Analysis & Opinions - Newsweek

Lost Tribe

| June 5, 2010

Are Israel's battles costing the country its soul?

I am in love with Israel. Yet the events off the shores of Gaza last week, in which Israeli commandos stormed a blockade-busting aid ship and killed nine activists, were a painful reminder that I also belong to a class of Israelis that is deeply concerned about the direction of our country. Increasingly, our conflict with the Palestinians is separating us, not only from our moral faculties, but also from the rest of our senses.

The patterns are clear: more people are getting killed in shorter periods of time, and we care less and less. According to Israeli data, it took 22 days for the Palestinian death toll to hit 1,100 in the last big round of violence between "us" and "them," the 2008–09 Gaza incursion. The same number of casualties accumulated over a full five years in the first Palestinian uprising (1987–93), which was then the largest Israeli-Palestinian clash since 1949. Over time, our hearts have grown harder. In the first intifada, Israeli military police launched internal investigations whenever Palestinians were killed by Israeli fire. Yet there have only been a handful of such investigations during the last decade, and none is likely to take place over last week's killings.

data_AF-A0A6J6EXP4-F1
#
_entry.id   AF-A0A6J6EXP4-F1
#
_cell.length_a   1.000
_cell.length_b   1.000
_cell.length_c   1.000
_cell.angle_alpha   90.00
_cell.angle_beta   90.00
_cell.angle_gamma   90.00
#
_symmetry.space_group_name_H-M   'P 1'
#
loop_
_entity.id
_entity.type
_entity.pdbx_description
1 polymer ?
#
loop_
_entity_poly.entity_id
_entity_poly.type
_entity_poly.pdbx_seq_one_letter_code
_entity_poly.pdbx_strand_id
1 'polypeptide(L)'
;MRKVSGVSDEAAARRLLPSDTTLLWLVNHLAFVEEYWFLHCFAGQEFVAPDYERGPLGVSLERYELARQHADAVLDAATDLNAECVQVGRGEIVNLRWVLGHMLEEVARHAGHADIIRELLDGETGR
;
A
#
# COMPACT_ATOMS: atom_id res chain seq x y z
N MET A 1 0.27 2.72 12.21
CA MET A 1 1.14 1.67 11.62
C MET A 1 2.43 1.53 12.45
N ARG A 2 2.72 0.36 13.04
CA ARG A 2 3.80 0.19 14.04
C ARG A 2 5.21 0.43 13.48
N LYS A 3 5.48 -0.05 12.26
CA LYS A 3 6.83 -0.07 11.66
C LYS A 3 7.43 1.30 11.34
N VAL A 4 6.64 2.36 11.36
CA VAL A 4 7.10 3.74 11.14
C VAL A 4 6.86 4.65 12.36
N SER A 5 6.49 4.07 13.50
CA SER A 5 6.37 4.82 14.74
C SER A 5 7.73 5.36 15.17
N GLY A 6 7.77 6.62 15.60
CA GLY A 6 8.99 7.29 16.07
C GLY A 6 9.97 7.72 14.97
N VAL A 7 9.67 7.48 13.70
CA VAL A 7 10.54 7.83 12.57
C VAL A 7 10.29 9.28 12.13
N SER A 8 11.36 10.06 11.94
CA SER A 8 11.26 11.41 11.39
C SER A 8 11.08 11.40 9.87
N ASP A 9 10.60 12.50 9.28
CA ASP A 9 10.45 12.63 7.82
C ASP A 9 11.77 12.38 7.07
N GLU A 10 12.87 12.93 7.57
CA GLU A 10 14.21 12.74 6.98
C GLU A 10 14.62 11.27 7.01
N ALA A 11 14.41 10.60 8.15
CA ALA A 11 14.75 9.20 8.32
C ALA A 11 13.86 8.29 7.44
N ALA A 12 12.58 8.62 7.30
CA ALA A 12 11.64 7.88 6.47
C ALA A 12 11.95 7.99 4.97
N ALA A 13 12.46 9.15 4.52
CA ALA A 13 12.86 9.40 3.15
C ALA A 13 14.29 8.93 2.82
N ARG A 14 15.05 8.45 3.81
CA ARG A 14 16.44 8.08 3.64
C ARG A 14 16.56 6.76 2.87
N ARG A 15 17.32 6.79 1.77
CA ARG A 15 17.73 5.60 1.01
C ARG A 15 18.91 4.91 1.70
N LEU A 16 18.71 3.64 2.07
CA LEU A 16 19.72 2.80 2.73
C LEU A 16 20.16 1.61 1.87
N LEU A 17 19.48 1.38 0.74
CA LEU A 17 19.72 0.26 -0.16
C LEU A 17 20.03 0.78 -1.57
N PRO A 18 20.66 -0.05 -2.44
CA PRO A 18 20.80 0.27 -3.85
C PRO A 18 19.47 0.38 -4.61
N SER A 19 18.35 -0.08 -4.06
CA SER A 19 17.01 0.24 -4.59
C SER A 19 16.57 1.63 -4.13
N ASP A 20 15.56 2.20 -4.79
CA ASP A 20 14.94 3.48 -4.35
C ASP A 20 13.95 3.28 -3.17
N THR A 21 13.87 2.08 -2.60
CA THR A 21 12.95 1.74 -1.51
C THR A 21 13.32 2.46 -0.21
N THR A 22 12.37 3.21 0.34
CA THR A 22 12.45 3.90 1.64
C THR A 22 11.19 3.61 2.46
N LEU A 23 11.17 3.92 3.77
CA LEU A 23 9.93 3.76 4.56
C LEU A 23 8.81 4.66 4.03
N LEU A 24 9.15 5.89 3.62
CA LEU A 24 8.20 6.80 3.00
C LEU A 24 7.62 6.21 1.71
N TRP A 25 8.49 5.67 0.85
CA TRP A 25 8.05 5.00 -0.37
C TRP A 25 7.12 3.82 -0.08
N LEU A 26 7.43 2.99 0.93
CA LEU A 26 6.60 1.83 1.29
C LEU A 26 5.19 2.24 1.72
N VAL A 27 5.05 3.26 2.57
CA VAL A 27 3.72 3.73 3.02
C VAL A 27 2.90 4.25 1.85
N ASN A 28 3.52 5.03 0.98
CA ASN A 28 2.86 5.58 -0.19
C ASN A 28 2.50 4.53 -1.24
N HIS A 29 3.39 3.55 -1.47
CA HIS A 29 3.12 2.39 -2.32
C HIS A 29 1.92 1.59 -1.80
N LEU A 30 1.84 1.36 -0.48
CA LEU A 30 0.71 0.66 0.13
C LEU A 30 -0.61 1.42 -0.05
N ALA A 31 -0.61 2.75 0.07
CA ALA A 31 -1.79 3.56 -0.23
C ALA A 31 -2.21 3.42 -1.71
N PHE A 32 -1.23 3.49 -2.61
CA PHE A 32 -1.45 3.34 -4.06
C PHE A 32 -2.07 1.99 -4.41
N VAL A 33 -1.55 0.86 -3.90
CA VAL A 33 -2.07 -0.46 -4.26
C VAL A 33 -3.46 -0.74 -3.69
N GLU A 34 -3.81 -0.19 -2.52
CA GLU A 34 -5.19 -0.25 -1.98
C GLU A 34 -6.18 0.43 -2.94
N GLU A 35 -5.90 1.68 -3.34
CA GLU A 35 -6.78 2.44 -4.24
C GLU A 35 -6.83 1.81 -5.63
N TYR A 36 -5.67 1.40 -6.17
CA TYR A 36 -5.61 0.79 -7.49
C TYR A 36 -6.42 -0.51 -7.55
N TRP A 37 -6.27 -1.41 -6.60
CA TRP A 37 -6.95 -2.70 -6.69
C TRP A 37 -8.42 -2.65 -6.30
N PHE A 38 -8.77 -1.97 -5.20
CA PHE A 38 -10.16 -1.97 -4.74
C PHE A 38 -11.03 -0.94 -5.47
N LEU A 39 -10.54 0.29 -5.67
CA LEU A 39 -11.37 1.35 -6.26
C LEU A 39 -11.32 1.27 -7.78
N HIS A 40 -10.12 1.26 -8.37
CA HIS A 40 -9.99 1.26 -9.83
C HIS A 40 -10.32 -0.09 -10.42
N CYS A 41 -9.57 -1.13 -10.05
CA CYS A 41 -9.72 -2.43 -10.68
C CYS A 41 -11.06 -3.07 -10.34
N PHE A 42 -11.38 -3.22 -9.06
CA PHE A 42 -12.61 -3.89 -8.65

Israel's almost complete lack of empathy for the "other" has not always been the case....

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For Academic Citation: Eiran, Ehud.“Lost Tribe.” Newsweek, June 5, 2010.

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